AP Public Security Act A Political Instrument Disguised As Penal Law

The Human Rights Forum (HRF) takes strong exception to the recent declaring of the Revolutionary Democratic Front (RDF) as an ‘unlawful association’. This is clearly part of an attempt by the government to proscribe that organisation. We also condemn the extension of the ban by one year (under the AP Public Security Act, 1992) on the CPI (Maoist) and six of its affiliates.

HRF is of the view that the AP Public Security Act is a political instrument disguised as penal law. What it proscribes is not violence – which has been proscribed ever since the birth of the State in history – but social sympathy and political like-mindedness with the view point of the naxalites. Such an approach is unacceptable in a democracy.

HRF feels there is a pressing need to have a meaningful and effective policy to handle the naxalite phenomena. We have consistently held that the naxalite movement is a political movement with a base among the people, particularly among sections of the most deprived and marginalised. The factors that have given rise to the naxalite movement are immense material deprivation, social oppression and un-freedom. A meaningful and effective governmental policy would be one that will address this deprivation.  Instead of doing so, the government is treating the naxalite movement as an outbreak of sheer criminality and fashioning undemocratic tools to meet it. This is fundamentally antithetical to the democratic spirit.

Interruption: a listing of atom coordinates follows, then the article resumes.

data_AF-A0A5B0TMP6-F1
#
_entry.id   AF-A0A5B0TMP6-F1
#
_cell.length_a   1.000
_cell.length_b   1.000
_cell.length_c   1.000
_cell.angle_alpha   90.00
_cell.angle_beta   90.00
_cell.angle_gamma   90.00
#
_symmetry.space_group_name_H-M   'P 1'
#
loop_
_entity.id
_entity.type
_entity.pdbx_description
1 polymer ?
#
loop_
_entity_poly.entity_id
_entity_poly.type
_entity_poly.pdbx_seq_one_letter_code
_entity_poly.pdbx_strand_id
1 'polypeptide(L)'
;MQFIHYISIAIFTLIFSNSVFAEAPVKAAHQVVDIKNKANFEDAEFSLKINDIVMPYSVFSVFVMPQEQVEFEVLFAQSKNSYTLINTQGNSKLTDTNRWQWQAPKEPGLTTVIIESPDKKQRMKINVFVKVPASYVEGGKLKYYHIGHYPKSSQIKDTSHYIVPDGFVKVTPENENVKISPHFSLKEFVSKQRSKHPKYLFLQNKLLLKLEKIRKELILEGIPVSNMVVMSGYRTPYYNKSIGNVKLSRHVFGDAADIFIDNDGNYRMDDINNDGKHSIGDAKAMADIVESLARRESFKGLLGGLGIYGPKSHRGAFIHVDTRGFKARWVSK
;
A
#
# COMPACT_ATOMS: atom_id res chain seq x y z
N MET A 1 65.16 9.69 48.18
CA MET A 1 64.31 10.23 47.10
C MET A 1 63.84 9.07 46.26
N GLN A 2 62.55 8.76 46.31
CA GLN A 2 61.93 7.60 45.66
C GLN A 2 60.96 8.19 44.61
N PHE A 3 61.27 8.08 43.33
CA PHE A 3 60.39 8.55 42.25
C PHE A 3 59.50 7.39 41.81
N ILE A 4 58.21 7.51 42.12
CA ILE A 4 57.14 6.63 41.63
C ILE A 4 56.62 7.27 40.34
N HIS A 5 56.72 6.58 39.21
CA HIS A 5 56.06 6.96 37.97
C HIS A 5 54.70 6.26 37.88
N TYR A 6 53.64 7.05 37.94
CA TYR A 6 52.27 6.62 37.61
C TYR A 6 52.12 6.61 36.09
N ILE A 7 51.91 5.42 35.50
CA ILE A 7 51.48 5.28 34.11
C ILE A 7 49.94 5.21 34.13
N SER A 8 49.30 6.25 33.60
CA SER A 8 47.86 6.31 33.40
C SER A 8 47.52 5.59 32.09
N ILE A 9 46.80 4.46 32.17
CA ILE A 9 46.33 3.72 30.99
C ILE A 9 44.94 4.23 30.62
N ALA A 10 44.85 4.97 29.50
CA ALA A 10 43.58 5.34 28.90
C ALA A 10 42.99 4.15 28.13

A democratic government will address the many issues concerning the people that the naxalite movement has thrown up and not resort to banning parties and organisations. Apart from the ban being objectionable in principle, there is strong likelihood of its abuse against political opponents and those with dissenting views, particularly of the underprivileged. We have seen this over the years in Andhra Pradesh.

HRF calls upon the government to desist from any undemocratic action against the RDF and to revoke the ban on the CPI (Maoist) and its affiliates. The government must make serious efforts towards addressing the Maoist movement politically. It is not our case that the instruments of the government must keep silent when the Naxalites indulge in violence. The police must deal with acts of violence, but they must do so fully respecting people’s rights and the Constitution. Banning parties does immense harm to the very notion of democracy.

S Jeevan Kumar 
(HRF State president)

VS Krishna 
(HRF State general secretary)


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